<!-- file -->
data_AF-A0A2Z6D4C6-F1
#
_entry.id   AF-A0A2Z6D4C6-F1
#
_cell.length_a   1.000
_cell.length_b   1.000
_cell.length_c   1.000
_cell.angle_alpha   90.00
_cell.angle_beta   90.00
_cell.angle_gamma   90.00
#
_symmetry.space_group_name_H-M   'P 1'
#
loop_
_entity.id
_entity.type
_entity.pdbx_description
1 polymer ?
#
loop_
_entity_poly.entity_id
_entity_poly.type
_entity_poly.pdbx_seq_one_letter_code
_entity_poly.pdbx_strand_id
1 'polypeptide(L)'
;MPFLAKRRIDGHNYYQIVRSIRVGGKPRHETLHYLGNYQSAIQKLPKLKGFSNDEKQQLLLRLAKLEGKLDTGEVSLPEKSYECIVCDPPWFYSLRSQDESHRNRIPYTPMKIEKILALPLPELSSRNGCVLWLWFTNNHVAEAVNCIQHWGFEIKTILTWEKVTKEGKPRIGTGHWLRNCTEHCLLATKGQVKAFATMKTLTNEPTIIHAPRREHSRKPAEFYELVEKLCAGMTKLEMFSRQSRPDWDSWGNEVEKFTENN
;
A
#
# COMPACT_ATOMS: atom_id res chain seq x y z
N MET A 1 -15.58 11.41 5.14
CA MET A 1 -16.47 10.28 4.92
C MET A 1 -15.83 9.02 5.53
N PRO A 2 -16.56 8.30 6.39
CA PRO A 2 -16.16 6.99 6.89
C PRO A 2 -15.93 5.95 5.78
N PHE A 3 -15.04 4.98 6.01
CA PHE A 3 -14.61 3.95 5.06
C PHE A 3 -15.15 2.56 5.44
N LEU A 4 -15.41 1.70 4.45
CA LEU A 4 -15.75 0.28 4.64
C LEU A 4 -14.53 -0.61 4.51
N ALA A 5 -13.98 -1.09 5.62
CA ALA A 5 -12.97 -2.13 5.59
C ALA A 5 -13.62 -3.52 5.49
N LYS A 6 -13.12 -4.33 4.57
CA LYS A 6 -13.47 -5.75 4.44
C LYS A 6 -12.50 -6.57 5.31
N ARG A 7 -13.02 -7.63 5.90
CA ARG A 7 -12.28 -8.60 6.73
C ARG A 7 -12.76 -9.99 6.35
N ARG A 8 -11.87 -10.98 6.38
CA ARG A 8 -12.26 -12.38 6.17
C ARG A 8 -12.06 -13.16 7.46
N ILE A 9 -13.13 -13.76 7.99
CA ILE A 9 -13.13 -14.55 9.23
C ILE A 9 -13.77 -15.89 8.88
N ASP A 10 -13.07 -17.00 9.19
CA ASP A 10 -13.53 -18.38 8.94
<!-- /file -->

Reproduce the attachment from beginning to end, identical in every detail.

data_AF-A0A2Z6D4C6-F1
#
_entry.id   AF-A0A2Z6D4C6-F1
#
_cell.length_a   1.000
_cell.length_b   1.000
_cell.length_c   1.000
_cell.angle_alpha   90.00
_cell.angle_beta   90.00
_cell.angle_gamma   90.00
#
_symmetry.space_group_name_H-M   'P 1'
#
loop_
_entity.id
_entity.type
_entity.pdbx_description
1 polymer ?
#
loop_
_entity_poly.entity_id
_entity_poly.type
_entity_poly.pdbx_seq_one_letter_code
_entity_poly.pdbx_strand_id
1 'polypeptide(L)'
;MPFLAKRRIDGHNYYQIVRSIRVGGKPRHETLHYLGNYQSAIQKLPKLKGFSNDEKQQLLLRLAKLEGKLDTGEVSLPEKSYECIVCDPPWFYSLRSQDESHRNRIPYTPMKIEKILALPLPELSSRNGCVLWLWFTNNHVAEAVNCIQHWGFEIKTILTWEKVTKEGKPRIGTGHWLRNCTEHCLLATKGQVKAFATMKTLTNEPTIIHAPRREHSRKPAEFYELVEKLCAGMTKLEMFSRQSRPDWDSWGNEVEKFTENN
;
A
#
# COMPACT_ATOMS: atom_id res chain seq x y z
N MET A 1 -15.58 11.41 5.14
CA MET A 1 -16.47 10.28 4.92
C MET A 1 -15.83 9.02 5.53
N PRO A 2 -16.56 8.30 6.39
CA PRO A 2 -16.16 6.99 6.89
C PRO A 2 -15.93 5.95 5.78
N PHE A 3 -15.04 4.98 6.01
CA PHE A 3 -14.61 3.95 5.06
C PHE A 3 -15.15 2.56 5.44
N LEU A 4 -15.41 1.70 4.45
CA LEU A 4 -15.75 0.28 4.64
C LEU A 4 -14.53 -0.61 4.51
N ALA A 5 -13.98 -1.09 5.62
CA ALA A 5 -12.97 -2.13 5.59
C ALA A 5 -13.62 -3.52 5.49
N LYS A 6 -13.12 -4.33 4.57
CA LYS A 6 -13.47 -5.75 4.44
C LYS A 6 -12.50 -6.57 5.31
N ARG A 7 -13.02 -7.63 5.90
CA ARG A 7 -12.28 -8.60 6.73
C ARG A 7 -12.76 -9.99 6.35
N ARG A 8 -11.87 -10.98 6.38
CA ARG A 8 -12.26 -12.38 6.17
C ARG A 8 -12.06 -13.16 7.46
N ILE A 9 -13.13 -13.76 7.99
CA ILE A 9 -13.13 -14.55 9.23
C ILE A 9 -13.77 -15.89 8.88
N ASP A 10 -13.07 -17.00 9.19
CA ASP A 10 -13.53 -18.38 8.94